The WordPress coreCoreCore is the set of software required to run WordPress. The Core Development Team builds WordPress. development team builds WordPress! Follow this site for general updates, status reports, and the occasional code debate. There’s lots of ways to contribute:
Found a bugbugA bug is an error or unexpected result. Performance improvements, code optimization, and are considered enhancements, not defects. After feature freeze, only bugs are dealt with, with regressions (adverse changes from the previous version) being the highest priority.?Create a ticket in the bug tracker.
Phase 1 of GutenbergGutenbergThe Gutenberg project is the new Editor Interface for WordPress. The editor improves the process and experience of creating new content, making writing rich content much simpler. It uses ‘blocks’ to add richness rather than shortcodes, custom HTML etc. https://wordpress.org/gutenberg/ was intended to make post and page editing easier and more flexible for users, leveraging blocks as the main mode of interaction offering greater virtuosity, especially for non-technical users. The next phase seeks to expand this idea beyond the post, allowing editing and customizing the rest of a website in WordPress. This process also aims to eliminate the complex obstacles users have to find their way through — like multiple layers of abstraction and navigation — and to reduce the amount of technical knowledge required to customize the overall appearance and functionality of their site.
The next phase of Gutenberg will take the ease of use that was introduced with blockBlockBlock is the abstract term used to describe units of markup that, composed together, form the content or layout of a webpage using the WordPress editor. The idea combines concepts of what in the past may have achieved with shortcodes, custom HTML, and embed discovery into a single consistent API and user experience.-based editing and extend that capability to the CustomizerCustomizerTool built into WordPress core that hooks into most modern themes. You can use it to preview and modify many of your site’s appearance settings., starting with widgets, to make it easier for users to customize the rest of their sites.
In the first step of phase 2, we will bring blocks into the Customizer to create a more consistent user experience and give developers a smoother path to upgrading themes to Gutenberg. Longer term, we will expand the current Gutenberg post and page editor to become a full-fledged site editor, bringing everything together into a unified, modern product experience.
If you currently have a site like this and you want to edit any of these widgets that aren’t part of the post content, you have to use an interface like this:
It’s really disconnected from anything you see on the front end of the site, it requires you to sort through a list of widgets on the left and then know how to drag and drop them into these different widgetWidgetA WordPress Widget is a small block that performs a specific function. You can add these widgets in sidebars also known as widget-ready areas on your web page. WordPress widgets were originally created to provide a simple and easy-to-use way of giving design and structure control of the WordPress theme to the user. areas on the right. More to the point, if you think about widgets, they kind of represent a really early idea of blocks — they’re discrete areas for content and functionality that you can add to your site. But now with Gutenberg, we have a much more advanced, elegant, and robust concept of blocks and how you interact with them.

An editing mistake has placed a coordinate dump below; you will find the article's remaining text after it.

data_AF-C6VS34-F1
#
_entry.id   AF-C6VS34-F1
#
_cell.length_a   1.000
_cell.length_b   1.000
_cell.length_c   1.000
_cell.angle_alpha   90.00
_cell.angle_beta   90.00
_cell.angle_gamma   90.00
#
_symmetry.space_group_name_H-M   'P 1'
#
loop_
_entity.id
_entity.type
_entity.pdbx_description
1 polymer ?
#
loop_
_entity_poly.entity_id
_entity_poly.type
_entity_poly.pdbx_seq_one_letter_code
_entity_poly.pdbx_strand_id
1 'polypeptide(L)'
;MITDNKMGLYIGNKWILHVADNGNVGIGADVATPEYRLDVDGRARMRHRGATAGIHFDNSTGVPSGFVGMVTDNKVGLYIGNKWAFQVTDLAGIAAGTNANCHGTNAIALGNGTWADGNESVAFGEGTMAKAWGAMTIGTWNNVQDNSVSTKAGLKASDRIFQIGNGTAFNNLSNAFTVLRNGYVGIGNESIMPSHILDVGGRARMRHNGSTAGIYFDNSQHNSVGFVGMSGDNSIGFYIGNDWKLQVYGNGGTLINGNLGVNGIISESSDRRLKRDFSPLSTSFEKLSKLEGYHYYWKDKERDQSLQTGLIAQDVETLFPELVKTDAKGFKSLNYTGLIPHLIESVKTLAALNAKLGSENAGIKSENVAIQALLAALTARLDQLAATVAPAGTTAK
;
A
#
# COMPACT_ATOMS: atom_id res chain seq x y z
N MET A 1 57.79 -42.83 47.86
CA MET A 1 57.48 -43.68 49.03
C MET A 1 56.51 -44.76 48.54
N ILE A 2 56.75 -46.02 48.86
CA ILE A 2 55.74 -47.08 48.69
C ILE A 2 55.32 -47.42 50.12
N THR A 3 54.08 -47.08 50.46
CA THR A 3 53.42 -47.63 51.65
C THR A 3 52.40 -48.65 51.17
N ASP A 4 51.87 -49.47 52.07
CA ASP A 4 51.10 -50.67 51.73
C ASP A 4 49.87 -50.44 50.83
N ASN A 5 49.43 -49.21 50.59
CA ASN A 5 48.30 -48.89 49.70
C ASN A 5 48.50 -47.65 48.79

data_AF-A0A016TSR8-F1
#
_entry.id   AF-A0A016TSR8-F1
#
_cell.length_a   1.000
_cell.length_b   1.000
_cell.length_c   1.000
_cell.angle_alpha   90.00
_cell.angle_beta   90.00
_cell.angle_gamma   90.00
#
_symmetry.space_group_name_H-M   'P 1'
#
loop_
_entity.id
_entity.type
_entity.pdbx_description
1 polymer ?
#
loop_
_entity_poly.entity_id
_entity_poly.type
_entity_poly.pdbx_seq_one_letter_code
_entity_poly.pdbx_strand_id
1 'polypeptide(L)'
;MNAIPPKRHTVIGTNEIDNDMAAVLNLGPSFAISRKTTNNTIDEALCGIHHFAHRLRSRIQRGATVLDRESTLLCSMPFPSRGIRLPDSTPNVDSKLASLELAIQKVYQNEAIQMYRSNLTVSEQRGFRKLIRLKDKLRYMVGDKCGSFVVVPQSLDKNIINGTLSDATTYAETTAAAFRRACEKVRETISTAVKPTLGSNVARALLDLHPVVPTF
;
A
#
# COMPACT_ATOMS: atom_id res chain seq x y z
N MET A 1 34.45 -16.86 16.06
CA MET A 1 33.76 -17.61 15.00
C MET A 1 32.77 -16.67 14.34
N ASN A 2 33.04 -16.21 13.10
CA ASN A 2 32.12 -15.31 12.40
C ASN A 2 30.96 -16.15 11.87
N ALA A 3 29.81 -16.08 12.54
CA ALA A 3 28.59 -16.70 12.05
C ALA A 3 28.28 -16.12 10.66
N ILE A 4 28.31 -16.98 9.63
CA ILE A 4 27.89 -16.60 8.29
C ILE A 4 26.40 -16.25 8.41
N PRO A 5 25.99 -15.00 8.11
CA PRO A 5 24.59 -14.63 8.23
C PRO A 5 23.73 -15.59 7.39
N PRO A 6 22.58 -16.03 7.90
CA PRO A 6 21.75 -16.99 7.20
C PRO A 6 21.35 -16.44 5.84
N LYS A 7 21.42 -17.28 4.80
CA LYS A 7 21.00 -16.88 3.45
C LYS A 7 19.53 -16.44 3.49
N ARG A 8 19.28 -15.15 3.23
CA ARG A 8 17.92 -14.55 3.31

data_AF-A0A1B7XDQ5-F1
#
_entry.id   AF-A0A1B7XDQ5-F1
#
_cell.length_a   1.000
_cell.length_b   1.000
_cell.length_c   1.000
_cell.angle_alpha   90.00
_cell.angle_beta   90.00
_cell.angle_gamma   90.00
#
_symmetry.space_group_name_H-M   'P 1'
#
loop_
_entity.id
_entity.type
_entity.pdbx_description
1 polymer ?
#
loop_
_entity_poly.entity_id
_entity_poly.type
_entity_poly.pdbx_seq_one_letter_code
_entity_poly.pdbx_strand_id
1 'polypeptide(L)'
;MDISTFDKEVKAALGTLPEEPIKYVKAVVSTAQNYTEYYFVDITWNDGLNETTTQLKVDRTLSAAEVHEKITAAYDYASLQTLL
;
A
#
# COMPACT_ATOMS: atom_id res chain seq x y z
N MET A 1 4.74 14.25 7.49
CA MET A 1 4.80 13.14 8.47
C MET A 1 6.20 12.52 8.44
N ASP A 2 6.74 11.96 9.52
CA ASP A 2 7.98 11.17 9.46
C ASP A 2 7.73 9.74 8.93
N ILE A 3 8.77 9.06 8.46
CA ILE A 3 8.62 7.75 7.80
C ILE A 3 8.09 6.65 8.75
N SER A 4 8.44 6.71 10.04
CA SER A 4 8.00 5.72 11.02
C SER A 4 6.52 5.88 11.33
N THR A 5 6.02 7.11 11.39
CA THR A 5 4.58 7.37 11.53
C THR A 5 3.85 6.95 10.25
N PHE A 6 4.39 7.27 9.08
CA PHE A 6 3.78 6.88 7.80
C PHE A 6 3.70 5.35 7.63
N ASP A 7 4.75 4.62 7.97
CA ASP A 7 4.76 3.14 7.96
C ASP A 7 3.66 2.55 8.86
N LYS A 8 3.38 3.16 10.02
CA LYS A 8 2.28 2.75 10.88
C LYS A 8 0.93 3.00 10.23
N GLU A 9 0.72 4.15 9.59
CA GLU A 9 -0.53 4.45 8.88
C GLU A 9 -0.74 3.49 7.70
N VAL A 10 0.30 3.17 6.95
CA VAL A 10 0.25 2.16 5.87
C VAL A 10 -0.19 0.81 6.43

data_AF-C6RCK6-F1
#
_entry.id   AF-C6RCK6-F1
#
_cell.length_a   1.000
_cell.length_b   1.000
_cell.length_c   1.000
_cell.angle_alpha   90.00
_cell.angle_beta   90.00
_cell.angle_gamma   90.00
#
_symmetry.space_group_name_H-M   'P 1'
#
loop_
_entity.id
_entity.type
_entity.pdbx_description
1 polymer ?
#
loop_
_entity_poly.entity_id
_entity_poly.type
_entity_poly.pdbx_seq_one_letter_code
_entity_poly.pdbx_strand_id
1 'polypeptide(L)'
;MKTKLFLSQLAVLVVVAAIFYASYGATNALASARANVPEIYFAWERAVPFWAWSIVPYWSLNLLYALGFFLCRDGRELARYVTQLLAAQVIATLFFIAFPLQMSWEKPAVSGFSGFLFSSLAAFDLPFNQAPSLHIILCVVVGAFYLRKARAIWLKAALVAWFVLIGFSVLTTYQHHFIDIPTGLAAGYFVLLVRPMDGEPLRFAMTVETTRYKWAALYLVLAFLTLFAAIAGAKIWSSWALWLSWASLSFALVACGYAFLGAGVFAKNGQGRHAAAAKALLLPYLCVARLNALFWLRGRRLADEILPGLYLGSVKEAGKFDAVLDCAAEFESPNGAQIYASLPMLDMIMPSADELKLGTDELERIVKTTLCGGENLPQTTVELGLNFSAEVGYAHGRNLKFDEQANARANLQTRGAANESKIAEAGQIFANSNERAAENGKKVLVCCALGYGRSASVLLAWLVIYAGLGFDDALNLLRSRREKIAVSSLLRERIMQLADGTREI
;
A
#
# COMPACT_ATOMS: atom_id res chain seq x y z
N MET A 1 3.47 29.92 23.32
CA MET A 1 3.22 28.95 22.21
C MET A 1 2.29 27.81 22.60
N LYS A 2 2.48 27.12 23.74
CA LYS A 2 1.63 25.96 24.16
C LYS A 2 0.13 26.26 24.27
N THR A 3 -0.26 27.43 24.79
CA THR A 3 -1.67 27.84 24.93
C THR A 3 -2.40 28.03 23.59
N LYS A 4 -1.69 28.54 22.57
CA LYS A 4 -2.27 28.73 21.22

The first step for phase 2 will involve upgrading the widgets UIUIUser interface to incorporate a modern block editor that is consistent with how you edit pages and posts in Gutenberg to create a clear, consistent editing experience across different areas of your site.
widgets.php would become something more like this, which is an early sketch, but you can see that all of these widgets are represented as blocks.
In the Customizer
We’re currently still investigating a number of ways that we might improve the menu management experience.
Editing blocks in-context
Once we have converted widgets and other elements like menus into blocks, what we can do in phase 3 (or 2+, depending on how things go) is to bring all of these elements together into a full site editor, where you no longer have to hunt for controls in the customizer menu, but can instead just edit blocks like menus and widgets in place on your site.
Instead you could add blocks wherever you need them to go and see them previewed in context. Once we bring this all together we start to realize a vision of WordPress making the web fully editable in a way that is powerful, flexible, and accessible to everyone from beginners to experts.
To recap, Gutenberg Phase 2 will:
Be outside of post_content.
Focus on customization.
Upgrading themes, widgets, & menus.
Early version of phase 2 will be in the pluginPluginA plugin is a piece of software containing a group of functions that can be added to a WordPress website. They can extend functionality or add new features to your WordPress websites. WordPress plugins are written in the PHP programming language and integrate seamlessly with WordPress. These can be free in the WordPress.org Plugin Directory https://wordpress.org/plugins/ or can be cost-based plugin from a third-party. Be sure to reactivate it!
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